JPMorgan's Simon Says Mergers Could Get Ugly With Hostile Deals

The merger boom is about to get ugly, according to one of Wall Street’s top dealmakers.

“I do think you are going to see an increase in unsolicited, hostile activity,” Kurt Simon, global chairman of mergers and acquisitions at JPMorgan Chase & Co., said at a conference Thursday. 

PPG Industries Inc.’s unwanted overtures to Akzo Nobel NV, as well as Kraft Heinz Co.’s rebuffed attempt to buy Unilever, underscore how companies are attempting to push ahead with deals in the face of opposition, whether it’s political pushback or shareholder resistance.

It’s proof that the takeover frenzy of the last two years is still going strong, despite factors that would seem to damp activity, Simon said at Tulane University’s Corporate Law Institute Conference in New Orleans.

Companies are pushing ahead with consolidation despite political gridlock in Washington and policy changes in China that make it harder for corporations there to buy overseas.

One thing in particular bodes well for dealmaking, Simon said. U.S. regulators -- whose pushback helped kill a “dramatic” $800 billion worth of deals last year -- are likely to be more welcoming of big transactions under the Trump administration.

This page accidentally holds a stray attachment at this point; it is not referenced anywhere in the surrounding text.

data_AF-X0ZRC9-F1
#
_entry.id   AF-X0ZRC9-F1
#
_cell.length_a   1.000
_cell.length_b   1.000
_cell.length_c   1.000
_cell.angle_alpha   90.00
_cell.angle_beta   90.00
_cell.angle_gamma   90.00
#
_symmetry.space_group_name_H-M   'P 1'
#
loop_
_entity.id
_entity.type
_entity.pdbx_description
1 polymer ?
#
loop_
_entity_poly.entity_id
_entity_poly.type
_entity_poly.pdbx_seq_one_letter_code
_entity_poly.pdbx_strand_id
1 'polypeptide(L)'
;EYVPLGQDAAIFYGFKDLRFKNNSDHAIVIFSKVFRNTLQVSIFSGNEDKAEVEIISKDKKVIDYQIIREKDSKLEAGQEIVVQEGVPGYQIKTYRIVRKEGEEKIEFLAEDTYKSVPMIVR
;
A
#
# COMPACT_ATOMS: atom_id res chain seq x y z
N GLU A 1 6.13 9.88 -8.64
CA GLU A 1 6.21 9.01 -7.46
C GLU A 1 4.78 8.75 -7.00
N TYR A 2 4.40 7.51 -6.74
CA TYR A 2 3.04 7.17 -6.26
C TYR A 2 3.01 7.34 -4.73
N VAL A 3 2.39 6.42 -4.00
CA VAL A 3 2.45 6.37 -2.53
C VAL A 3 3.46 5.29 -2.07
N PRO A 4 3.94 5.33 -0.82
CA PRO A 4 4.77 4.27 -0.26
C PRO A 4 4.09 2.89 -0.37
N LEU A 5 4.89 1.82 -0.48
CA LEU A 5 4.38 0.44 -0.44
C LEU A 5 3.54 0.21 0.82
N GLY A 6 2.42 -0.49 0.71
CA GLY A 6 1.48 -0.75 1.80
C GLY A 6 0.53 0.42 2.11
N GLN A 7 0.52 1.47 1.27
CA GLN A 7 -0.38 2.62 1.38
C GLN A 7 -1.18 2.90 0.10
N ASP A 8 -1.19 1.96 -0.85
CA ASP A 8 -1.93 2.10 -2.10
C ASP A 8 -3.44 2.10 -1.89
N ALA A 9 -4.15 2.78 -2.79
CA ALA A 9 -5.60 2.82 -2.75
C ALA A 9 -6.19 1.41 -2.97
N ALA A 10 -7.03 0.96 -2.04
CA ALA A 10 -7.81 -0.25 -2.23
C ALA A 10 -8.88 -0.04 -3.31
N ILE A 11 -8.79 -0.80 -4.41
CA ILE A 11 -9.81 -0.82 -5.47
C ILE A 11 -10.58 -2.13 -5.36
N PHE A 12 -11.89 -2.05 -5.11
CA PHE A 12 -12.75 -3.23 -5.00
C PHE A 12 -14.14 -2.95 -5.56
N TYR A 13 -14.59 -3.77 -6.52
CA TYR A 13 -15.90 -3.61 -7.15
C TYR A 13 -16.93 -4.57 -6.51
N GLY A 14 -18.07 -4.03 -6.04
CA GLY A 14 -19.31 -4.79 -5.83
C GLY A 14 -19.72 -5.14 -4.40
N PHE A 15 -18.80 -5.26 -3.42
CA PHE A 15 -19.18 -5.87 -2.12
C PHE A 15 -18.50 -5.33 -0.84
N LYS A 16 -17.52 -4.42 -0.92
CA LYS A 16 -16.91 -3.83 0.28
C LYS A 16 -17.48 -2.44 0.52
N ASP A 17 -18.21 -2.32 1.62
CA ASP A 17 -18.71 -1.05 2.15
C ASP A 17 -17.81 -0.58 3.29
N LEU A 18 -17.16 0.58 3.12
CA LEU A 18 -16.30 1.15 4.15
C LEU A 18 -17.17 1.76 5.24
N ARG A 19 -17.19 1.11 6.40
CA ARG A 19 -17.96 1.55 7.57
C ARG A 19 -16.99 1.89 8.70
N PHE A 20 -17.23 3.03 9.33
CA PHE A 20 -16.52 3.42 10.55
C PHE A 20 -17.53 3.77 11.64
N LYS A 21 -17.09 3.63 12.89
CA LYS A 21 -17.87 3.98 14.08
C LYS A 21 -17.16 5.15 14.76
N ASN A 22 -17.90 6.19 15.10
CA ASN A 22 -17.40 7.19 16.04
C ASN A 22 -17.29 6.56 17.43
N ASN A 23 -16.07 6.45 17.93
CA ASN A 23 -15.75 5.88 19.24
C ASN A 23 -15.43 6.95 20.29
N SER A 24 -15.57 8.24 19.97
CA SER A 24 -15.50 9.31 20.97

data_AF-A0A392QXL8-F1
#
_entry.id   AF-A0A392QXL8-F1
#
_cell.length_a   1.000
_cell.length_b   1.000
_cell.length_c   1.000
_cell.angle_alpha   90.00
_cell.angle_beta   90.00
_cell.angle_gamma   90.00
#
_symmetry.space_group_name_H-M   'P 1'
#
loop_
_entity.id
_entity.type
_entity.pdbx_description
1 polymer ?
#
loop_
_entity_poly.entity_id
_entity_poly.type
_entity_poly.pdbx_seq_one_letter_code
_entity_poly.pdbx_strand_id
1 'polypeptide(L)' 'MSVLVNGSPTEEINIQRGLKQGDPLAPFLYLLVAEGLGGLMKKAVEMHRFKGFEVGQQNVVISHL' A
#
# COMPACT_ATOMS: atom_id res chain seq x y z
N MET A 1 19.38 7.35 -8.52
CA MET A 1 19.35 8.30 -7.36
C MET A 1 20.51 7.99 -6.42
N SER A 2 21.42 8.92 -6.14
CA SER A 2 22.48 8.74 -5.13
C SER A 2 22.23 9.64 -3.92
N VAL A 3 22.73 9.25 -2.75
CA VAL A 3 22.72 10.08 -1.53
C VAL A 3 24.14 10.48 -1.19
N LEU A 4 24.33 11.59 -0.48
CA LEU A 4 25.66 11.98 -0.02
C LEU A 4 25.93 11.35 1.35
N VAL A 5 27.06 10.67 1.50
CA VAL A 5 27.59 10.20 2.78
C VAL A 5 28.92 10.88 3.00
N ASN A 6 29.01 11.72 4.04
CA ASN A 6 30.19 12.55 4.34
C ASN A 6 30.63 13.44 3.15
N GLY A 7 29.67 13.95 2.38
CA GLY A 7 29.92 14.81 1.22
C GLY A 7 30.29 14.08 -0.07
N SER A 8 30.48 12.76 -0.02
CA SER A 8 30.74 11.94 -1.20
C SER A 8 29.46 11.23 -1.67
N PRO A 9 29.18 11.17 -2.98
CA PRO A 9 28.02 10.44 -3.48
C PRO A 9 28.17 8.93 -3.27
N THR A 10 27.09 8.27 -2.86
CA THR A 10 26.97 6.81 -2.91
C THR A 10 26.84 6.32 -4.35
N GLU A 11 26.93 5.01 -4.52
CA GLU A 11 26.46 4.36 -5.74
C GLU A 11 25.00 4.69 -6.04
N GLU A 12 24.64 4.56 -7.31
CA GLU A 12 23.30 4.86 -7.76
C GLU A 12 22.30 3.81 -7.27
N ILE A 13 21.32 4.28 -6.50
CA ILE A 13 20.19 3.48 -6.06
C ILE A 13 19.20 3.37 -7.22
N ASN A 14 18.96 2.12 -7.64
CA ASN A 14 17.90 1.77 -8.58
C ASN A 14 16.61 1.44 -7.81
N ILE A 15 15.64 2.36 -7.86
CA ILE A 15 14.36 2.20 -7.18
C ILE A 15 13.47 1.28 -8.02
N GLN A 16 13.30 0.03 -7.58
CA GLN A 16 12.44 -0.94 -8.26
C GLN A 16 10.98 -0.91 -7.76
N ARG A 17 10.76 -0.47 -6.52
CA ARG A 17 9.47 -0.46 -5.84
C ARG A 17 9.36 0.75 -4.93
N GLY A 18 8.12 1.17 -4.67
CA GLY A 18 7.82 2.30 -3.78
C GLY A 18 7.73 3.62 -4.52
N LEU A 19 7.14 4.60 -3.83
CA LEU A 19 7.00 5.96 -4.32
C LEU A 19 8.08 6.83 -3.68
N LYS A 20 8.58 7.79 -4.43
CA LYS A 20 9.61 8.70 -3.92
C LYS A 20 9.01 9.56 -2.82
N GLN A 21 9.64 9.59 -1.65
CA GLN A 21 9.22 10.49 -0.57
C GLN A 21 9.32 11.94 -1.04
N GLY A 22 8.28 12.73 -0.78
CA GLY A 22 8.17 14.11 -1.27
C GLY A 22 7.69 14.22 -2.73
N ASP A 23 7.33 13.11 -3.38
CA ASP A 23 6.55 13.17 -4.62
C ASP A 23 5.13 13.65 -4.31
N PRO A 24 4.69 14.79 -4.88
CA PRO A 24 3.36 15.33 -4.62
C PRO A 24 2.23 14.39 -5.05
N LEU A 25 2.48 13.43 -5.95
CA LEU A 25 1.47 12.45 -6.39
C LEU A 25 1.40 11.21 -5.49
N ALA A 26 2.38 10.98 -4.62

“We do think we will see a more benign regulatory environment,” he said.

More Stability

Deals worth a total of about $3.8 trillion were agreed on in 2016, according to data compiled by JPMorgan. While that was the third-best year on record, volumes still fell about 17 percent from 2015’s record $4.6 trillion in deals.

A sharp drop-off in megadeals, worth $10 billion or more, as well as a slow down in health-care transactions, depressed activity last year. Big deals were down about 40 percent from the year earlier, while health-care M&A fell about 50 percent from the levels seen during the takeover frenzy in that industry in 2015, Simon said.

Investment bankers, who bring in fees advising companies on dealmaking, tend to be optimistic by nature. Simon gave the room full of 600 lawyers, law students, publicists and reporters a slew of reasons to be bullish on deals in 2017.

Economists are forecasting modest growth in gross domestic product, a lower unemployment rate and rising interest rates. At the same time, volatility is low and debt is relatively cheap and available. While stock prices are at all-time highs, the market is not “overbought,” he said.

“One thing our industry craves is stability,” Simon said. “We couldn’t ask for a more stable environment.”

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